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I have the following program:

fn main() {
    let x = 0;

    println!("Example 1: {:p}", &x);
    println!("Example 1: {:p}", &x);

    println!("Example 2: {:p}", &&x);
    println!("Example 2: {:p}", &&x);
}

Here is an example output:

Example 1: 0x7ffcb4e72144
Example 1: 0x7ffcb4e72144
Example 2: 0x7ffcb4e72238
Example 2: 0x7ffcb4e72290

The outputs for "Example 1" are consistently the same, while those for "Example 2" are consistently different.

I've read Does println! borrow or own the variable?, and what I understood from the given answer is that println! takes a reference silently. In other words, this sounds like println! adds an extra level of indirection.

I had expected the outputs for "Example 1" to be different as well. Seeing that println! silently takes another level of indirection, "Example 1" is actually working with &&x, and "Example 2" is working with &&&x. This seems to agree with the answer I linked, specifically: "If you write println!("{}", &x), you are then dealing with two levels of references".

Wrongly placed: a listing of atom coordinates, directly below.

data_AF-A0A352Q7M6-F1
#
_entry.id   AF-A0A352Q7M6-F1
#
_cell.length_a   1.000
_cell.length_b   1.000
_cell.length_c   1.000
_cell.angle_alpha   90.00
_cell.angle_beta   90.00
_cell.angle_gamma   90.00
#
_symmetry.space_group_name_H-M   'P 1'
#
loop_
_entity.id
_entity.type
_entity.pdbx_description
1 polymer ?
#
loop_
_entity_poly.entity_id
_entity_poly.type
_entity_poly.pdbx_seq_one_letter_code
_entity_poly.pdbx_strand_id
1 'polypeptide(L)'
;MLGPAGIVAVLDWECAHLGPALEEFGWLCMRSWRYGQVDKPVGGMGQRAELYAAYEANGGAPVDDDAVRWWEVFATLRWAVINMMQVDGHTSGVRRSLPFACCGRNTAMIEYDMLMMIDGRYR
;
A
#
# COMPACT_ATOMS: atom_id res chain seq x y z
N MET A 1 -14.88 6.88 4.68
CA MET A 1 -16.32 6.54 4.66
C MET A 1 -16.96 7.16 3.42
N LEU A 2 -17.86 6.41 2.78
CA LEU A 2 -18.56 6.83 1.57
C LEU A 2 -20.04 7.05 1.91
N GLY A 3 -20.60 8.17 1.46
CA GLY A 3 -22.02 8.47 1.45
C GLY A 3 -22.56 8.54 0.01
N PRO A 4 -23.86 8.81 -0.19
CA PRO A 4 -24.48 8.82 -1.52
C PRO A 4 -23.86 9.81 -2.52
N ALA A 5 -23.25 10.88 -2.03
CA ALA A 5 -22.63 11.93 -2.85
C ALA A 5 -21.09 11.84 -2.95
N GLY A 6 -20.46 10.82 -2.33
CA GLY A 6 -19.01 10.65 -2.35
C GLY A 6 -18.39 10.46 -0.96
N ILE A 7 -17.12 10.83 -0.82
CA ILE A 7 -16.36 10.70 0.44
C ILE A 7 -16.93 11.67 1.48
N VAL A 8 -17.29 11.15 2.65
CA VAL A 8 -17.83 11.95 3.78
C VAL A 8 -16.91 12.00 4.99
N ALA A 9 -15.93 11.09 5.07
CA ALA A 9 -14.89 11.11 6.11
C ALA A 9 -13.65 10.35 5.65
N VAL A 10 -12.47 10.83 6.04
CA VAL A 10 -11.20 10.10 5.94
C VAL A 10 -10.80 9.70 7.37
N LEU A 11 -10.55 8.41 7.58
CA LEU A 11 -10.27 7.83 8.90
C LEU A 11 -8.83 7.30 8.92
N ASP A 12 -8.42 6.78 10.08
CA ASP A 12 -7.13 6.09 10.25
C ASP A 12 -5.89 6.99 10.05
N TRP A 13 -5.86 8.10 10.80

I thought that the value &&x holds would be printed for "Example 1", while the value &&&x holds would be printed for "Example 2". Both &&x and &&&x hold a temporary &x, so I thought "Example 1" would have different addresses printed as well.

Where am I wrong? Why doesn't "Example 1" have different addresses printed?

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  • why address of x should change ? &&x is the address of the address of x, as you create this variable temporary, two literals &&x value equality is unspecified. println only borrow for non copy type, all reference can be copied so they are not borrow by println. – Stargateur Jun 14 '20 at 1:39